Dezeen Magazine

Architecture for Humanity

Architecture for Humanity board to file for bankruptcy

News: the board of directors of non-profit organisation Architecture for Humanity has confirmed it will file for bankruptcy, but 57 international chapters have pledged to continue working under a new umbrella network.

In a statement issued on the organisation's website last night, board chair Matt Charney said that Architecture for Humanity LLC would file for Chapter 7 bankruptcy in the US within the next two weeks.

"Architecture for Humanity has had incredible partners and funders that made our work possible over the last 15 years but, like many charity organisations, we have had serious funding challenges," said Charney.

"Our leadership worked to overcome the funding gaps to the best of their ability, but the deficit combined with budget overruns and an overall decrease in donations finally became an insurmountable situation."

Operating under the slogan "Design like you give a damn", Architecture For Humanity was founded in 1999 and raised money to fund architectural solutions to humanitarian crises around the world. At its peak it was receiving over $5 million (£3.3 million) in funding each year. Its work was carried out internationally by independent chapters, coordinated by a parent organisation in San Francisco.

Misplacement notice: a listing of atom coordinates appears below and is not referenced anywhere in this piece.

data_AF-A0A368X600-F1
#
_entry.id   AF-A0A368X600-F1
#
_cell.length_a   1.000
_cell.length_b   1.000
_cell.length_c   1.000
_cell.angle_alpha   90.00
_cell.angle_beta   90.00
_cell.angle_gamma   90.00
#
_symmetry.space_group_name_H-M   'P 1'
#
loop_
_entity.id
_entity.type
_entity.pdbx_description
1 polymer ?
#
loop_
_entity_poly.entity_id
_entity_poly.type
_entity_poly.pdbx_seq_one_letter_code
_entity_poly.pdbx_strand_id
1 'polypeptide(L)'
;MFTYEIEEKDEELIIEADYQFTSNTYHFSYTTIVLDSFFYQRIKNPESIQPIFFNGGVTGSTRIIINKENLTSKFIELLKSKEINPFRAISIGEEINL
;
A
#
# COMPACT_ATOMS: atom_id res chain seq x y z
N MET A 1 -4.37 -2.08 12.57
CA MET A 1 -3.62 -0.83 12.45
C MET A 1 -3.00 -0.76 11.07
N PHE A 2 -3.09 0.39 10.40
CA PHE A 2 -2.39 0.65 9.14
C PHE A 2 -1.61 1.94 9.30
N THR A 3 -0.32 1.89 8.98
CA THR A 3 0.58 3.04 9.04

But on 1 January this year the charity's head office laid off all of its staff and ceased accepting donations.

Despite the collapse of the parent company, the 57 chapters will continue to operate under the new umbrella title the Architecture for Humanity Chapter Network and have now launched an AFH Chapter website.

"Many of the international chapters of Architecture for Humanity, while they share a common name, are separate legal entities and will continue their work without pause," said Charney.

"Additionally, the US-based chapters of Architecture for Humanity are managed by all volunteer directors, and those directors have vowed to continue the work of the organisation, though it may be under a different name. It is a testament to what Architecture for Humanity has meant to the profession that the work will continue."

The San Francisco-based non-profit organisation was founded by Cameron Sinclair and Kate Stohr, who ran it from 1999 to 2013 before stepping down to undertake new ventures. The pair did not reveal whether they would return to Architecture for Humanity under the Chapter Network structure.

"While we founded the organisation, at its heart are its design fellows and volunteers," Sinclair told Dezeen. "We are giving the chapters the space to create the governance needed to form an alliance of humanitarian designers."

The chapter leaders have also issued an official joint statement, vowing to continue to support humanitarian architecture activities across the globe.

"The commitment of this network of volunteers remains unwavering, and we vow to continue supporting our local communities," said the AfHCN statement.

"We believe design is a right not a privilege. True to our grassroots form, we are determined, agile and resilient. We are ready for the challenges of this new year and are looking towards a brighter future. United we stand stronger than ever," it said.